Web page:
Sunday, April 21, 2013

It's About Fair Trade, Not Free Trade



Canada's three major parties now endorse Free Trade. Tom Walkom writes:

Free trade is now orthodoxy in Canada. It used to be debated fiercely. It no longer is.

Stephen Harper’s Conservatives embrace free trade. So does Justin Trudeau, the new Liberal leader.
 As part of their ongoing effort to pretend that they are not New Democrats, so do Tom Mulcair’s New Democrats.

The problem is that politicians have reached this consensus just as the evidence confirms that free trade isn't working. The problem is that what sounds good in theory never works in practice:

The 19th century theory of competitive advantage that lies behind free trade is a venerable one. And in some instances, it makes sense. Canada is probably better off trading lumber in exchange for bananas than producing both.

However, theory is only theory. In the textbook version of free trade, time does not exist and all parties always win immediately. But in the real world of free trade, entire generations can be savaged as jobs and capital slosh around the world.
In countries ranging from Greece at one extreme to Canada at the other, this is what’s happening now.

It didn't used to work that way. Canada used to insist that trade support manufacturing:

Previously, Canada had a more nuanced approach to trade. We were happy to sell resources freely as long as some refining was done here. We protected some fruit and vegetables from foreign competition (which, among other things, encouraged food processing). We protected most manufacturing, which gave rise to factories throughout southern Ontario.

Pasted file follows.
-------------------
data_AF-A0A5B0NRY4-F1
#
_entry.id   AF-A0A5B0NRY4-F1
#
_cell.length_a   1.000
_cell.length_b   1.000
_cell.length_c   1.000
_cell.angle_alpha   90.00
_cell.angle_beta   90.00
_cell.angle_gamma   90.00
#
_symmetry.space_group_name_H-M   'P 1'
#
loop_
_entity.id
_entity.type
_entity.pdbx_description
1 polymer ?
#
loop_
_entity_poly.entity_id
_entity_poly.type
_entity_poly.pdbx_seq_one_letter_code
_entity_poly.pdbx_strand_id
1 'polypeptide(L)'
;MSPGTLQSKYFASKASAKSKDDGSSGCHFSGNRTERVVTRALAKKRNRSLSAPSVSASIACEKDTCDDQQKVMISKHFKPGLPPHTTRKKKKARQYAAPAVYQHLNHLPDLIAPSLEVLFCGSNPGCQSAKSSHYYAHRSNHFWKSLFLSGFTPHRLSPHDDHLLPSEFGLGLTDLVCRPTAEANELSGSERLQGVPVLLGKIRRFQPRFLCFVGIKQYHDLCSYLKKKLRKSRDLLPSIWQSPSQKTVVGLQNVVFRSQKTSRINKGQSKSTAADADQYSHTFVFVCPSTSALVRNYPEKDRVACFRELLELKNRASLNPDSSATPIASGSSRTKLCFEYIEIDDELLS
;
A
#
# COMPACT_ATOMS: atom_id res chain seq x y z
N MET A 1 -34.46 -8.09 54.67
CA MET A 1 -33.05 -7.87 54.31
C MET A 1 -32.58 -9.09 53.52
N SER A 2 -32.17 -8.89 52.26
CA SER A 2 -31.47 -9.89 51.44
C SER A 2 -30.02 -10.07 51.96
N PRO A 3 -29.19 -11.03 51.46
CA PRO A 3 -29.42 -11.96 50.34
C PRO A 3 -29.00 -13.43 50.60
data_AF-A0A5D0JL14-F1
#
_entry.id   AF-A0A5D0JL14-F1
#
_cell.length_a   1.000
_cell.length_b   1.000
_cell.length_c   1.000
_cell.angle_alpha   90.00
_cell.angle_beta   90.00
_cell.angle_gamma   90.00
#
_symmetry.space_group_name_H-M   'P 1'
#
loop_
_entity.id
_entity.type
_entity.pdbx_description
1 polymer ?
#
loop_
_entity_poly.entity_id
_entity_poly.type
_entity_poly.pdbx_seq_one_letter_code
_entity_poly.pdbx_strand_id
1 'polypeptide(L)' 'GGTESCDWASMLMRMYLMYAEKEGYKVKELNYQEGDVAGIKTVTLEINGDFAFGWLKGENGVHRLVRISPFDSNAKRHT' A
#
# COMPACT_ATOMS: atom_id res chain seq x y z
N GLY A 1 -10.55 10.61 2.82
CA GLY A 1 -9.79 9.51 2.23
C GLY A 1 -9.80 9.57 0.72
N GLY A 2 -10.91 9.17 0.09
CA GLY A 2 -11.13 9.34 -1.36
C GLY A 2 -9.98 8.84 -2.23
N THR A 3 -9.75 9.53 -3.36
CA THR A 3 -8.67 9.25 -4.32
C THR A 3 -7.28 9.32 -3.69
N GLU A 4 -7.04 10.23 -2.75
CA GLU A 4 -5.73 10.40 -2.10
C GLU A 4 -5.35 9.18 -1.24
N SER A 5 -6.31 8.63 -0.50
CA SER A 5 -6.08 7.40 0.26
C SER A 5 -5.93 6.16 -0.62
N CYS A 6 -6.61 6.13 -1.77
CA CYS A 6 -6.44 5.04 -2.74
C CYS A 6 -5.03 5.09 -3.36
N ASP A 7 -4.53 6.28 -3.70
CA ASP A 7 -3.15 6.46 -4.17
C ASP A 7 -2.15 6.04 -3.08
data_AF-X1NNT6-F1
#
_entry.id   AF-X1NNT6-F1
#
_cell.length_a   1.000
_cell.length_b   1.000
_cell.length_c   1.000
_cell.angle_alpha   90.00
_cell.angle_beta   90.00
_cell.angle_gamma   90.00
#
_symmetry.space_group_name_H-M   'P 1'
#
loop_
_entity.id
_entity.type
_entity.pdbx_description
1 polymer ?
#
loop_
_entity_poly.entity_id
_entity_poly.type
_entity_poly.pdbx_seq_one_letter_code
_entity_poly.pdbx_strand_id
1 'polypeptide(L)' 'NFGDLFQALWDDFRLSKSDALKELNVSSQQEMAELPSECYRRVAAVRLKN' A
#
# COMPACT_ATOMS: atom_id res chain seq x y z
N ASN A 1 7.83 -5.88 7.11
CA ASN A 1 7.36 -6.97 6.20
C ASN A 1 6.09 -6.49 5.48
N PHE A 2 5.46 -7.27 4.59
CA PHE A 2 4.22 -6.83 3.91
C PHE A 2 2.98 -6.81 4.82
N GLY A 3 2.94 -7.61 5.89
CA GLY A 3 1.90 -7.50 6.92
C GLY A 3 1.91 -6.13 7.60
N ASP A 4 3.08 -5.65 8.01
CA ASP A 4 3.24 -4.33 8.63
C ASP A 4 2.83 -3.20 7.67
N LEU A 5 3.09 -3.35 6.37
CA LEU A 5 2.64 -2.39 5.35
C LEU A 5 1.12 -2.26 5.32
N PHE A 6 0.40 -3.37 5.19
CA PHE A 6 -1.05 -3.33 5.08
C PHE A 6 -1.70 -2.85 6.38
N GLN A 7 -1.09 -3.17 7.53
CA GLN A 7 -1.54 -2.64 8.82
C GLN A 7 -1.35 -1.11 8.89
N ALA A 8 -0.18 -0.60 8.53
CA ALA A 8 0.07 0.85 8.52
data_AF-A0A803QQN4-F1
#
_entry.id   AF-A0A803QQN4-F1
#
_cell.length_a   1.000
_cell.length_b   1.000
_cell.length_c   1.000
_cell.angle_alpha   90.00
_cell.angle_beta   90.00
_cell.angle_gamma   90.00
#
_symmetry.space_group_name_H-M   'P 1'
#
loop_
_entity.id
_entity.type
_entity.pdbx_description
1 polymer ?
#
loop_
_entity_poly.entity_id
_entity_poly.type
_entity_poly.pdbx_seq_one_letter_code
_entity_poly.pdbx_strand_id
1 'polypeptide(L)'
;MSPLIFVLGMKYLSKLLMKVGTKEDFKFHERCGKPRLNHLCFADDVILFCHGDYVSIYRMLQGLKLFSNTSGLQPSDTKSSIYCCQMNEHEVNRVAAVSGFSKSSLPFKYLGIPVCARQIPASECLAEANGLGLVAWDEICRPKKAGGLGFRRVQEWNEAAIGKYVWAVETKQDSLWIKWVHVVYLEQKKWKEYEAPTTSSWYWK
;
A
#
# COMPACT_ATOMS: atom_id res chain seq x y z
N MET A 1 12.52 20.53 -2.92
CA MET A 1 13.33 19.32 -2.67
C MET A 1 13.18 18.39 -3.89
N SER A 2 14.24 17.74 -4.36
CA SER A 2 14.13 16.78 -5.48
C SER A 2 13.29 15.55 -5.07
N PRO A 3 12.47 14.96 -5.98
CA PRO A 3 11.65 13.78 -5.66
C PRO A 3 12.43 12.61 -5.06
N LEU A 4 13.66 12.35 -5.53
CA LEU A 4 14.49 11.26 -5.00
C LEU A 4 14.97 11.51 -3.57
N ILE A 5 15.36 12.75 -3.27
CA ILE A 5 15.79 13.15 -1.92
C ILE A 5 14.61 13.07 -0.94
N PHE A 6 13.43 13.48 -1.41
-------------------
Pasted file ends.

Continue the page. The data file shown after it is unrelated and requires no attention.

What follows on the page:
In the auto sector, trade was managed between the U.S. and Canada in a way that ensured production in both countries. Japanese firms like Toyota and Honda were enticed to set up plants in Canada in part by making it harder for them to ship finished autos here.

The people who tout free trade don't believe in fair trade.

6 comments:

The Mound of Sound said...

Too true, Owen. Out here we learned that lesson the hard way. The Americans wanted to buy B.C. raw logs so they could get the lucrative, value-added wood product processing revenue.

We argued that, since they're our logs, we should be able to employ our people to process them into those value-added wood products. We should have the factories, we should have the jobs, we should have the tax revenues.

For that impertinence we got our asses sued off under the trade deal we have with the U.S. If we wanted to sell raw logs to Canadian mills we had to sell raw logs to American buyers as demanded. Cap in hand.

Bad as the softwood lumber deals have been, Harper made them vastly worse.

The Mound of Sound said...

Here's a little background story on the softwood lumber scandal
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http://the-mound-of-sound.blogspot.ca/2006/09/rotten-smell-from-little-stevies-ass.html

Owen Gray said...

Thanks for the link, Mound. It wasn't the first time Emerson sold out his constituents.

Owen Gray said...

The problem, Mound, is that -- in Harper speak -- free trade means protecting the interests of investors.

All of the deals since NAFTA have been about making the world safe for investors.

christopher babcock said...

I recommend Sir James Goldsmith's book 'The Trap' for anyone interested in a succinct explanation as to why global free trade does not work. It was written in 1995 as a rebuke to GATT and it looks more and more accurate as each day turns to the next.7679 elcurrow

Owen Gray said...

Thanks for the tip, Christopher. Unfortunately, we have been sold a bill of goods which history has proven is self destructive.

No one mentions these days that, if you are looking for the causes of World War I -- and there were many -- one was the brutal competition between nations which free trade in the 19th century promoted.